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Frontal Assault on the Vested Pension Rights Doctrine

   Published on:  25 Aug, 2016

Last week, the First District Court of Appeal in San Francisco issued a highly controversial decision in Marin Association of Public Employees v. Marin County Employees’ Retirement Association. The Court ruled that an employer may reduce pension benefits, before retirement, so long as the pension benefit remains “reasonable.” The Court offers no guidelines for what is a reasonable change and what is an unreasonable one.

The decision is an undisguised, frontal assault on the so-called “California Rule” which has long-protected vested pension rights. Anti-pension advocates are prematurely seizing on this ruling as a “game changer.”

Our law firm represents Marin County’s firefighters and managers in the case. The Leonard Carder and Weinberg, Roger & Rosenfeld firms represent other unions involved in the case.

The facts are simple. Since the landmark Ventura case in 1997, the Marin County Employees’ Retirement Association (MCERA) has included standby pay, administrative response pay, call-back pay and “cash in lieu” pay as “compensation earnable” under Government Code section 31461. Both employees and the County employer paid contributions based upon the inclusion of these premiums.

After the Legislature passed the California Public Employees’ Pension Reform Act of 2013 (PEPRA), however, MCERA determined that it would no longer include those premiums as compensation earnable for both existing and new employees.

Multiple Marin County labor unions filed suit. Everyone accepts that pension benefits may be reduced, or even eliminated, for new employees, before they begin work. However, a massive body of California decisions going back at least four decades have universally held that pension benefits for existing employees cannot be changed once they start work unless the pension plan specifically allows for such change. Relying on this unbroken line of cases, the Marin unions argued that MCERA could not discontinue the inclusion of the various premiums as compensation earnable for classic employees.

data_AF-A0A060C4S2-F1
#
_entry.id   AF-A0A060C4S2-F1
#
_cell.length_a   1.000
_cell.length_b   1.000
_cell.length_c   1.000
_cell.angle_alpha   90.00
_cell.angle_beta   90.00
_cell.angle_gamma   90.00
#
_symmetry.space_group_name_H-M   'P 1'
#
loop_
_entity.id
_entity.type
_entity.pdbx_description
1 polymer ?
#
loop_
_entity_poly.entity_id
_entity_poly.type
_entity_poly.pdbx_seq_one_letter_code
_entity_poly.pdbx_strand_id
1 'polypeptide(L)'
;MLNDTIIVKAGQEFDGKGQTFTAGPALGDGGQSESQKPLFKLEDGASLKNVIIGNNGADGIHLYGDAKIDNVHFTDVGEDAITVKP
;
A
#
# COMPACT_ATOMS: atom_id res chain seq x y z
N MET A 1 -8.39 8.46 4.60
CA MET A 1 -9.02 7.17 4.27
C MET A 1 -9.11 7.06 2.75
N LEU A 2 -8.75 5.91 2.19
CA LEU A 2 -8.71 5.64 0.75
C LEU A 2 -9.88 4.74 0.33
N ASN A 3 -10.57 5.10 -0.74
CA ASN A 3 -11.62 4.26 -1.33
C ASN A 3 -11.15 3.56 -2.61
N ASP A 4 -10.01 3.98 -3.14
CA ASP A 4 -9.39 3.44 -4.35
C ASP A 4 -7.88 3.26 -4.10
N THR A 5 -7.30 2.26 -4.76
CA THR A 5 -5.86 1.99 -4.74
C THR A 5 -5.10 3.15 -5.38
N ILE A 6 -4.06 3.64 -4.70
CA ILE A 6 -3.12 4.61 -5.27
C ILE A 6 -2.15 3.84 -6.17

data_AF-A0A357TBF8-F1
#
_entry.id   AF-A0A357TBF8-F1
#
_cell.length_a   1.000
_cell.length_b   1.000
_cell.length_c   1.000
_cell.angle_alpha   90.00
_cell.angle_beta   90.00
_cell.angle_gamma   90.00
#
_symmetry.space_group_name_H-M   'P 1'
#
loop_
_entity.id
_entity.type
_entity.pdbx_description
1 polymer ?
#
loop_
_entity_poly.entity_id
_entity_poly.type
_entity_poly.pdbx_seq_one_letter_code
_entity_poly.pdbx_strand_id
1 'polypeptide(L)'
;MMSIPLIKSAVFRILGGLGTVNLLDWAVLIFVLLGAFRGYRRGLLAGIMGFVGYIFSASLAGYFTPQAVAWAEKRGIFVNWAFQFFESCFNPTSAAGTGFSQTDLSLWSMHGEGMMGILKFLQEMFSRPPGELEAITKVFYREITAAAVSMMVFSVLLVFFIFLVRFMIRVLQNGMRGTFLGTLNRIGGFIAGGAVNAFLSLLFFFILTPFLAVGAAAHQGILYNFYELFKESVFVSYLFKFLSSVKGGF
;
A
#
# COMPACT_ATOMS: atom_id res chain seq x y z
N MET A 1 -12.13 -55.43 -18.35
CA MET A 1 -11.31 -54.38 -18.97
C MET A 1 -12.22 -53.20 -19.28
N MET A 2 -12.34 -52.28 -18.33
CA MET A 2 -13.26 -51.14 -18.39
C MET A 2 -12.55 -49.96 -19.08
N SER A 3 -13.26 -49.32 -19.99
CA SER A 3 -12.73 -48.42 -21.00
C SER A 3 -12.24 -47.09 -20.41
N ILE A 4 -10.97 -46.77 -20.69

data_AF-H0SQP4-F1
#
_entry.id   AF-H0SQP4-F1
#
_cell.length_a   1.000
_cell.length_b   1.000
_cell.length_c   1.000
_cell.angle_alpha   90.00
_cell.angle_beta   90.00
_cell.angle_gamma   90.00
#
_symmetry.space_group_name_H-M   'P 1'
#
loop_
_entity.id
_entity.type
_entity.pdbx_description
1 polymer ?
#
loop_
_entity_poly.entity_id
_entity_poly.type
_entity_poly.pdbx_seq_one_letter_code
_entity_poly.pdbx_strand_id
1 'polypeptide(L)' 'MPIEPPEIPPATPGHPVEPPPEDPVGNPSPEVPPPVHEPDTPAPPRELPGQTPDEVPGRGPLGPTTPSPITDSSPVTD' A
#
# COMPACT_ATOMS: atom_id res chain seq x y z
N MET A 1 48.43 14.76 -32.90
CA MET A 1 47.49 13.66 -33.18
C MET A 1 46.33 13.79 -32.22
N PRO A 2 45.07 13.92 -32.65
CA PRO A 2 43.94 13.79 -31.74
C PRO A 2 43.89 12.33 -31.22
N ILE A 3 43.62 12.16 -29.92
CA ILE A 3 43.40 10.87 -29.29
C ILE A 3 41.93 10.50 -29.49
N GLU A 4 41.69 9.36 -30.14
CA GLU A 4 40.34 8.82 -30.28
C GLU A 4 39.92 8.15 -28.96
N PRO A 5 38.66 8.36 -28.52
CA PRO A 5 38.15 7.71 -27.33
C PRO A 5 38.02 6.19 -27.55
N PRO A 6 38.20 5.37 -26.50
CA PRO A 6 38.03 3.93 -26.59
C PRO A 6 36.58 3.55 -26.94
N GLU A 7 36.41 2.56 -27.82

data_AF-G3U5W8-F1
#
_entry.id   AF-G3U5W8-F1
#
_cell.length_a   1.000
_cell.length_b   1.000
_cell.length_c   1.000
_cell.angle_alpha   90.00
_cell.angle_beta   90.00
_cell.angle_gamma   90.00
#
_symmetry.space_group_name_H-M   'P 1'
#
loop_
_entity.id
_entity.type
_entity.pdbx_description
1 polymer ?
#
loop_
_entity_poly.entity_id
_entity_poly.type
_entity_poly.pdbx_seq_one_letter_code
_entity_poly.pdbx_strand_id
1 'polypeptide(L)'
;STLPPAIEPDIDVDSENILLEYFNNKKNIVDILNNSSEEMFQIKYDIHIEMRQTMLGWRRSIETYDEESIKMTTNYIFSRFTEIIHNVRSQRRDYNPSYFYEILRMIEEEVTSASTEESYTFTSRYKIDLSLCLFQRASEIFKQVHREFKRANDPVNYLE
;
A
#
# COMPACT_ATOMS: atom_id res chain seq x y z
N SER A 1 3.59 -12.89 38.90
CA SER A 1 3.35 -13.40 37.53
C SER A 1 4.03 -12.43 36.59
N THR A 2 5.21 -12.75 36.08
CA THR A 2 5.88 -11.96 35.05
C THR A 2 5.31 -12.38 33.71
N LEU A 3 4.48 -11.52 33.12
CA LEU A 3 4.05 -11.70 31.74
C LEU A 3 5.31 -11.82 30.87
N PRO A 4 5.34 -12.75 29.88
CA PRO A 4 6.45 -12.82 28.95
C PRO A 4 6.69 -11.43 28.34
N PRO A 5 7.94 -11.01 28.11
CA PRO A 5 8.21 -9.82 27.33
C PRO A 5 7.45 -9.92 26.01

The Court of Appeal disagreed. Dispensing with the arguments made by MCERA and the California Attorney General’s Office (which intervened to defend PEPRA), the Court of Appeal ploughed a new furrow and concluded that public employee pensions may be modified, before retirement, so long as the pension benefit remains “reasonable.”

The Court disputed what is perhaps the central tenet of vested pension law: that if a change in the pension system results in a disadvantage to employees, it “must be accompanied by comparable new advantages.” It delved into whether, when the California Supreme Court used the word “must,” it really meant “must.” The Court concluded that the Supreme Court meant only “should.” And since “should” really just means “ought to,” it violates no legal right for the pension promise to be broken so long as the pension remains reasonable.

The Marin unions are considering their next steps, which includes the possibility of asking the California Supreme Court to review the case and provide guidance. This seems appropriate given the Court of Appeal’s break with precedent, and reconfiguration of what has been a settled body of law. Just last year, a different panel of the First District Court of Appeal in Protect Our Benefits v. City and County of San Francisco held just the opposite in declaring that a charter amendment which eliminated a supplemental cost of living adjustment for retirees was unconstitutional. That panel restated the rule that if a change in the pension system results in a disadvantage to employees, it “must be accompanied by comparable new advantages.”

The Court of Appeal decision in Marin Association of Public Employees v. Marin County Employees’ Retirement Association is a call to arms that this not be the last chapter written.

If you have any questions about this blog, please contact Gregg Adam at 415.266.1801 or gregg@majlabor.com.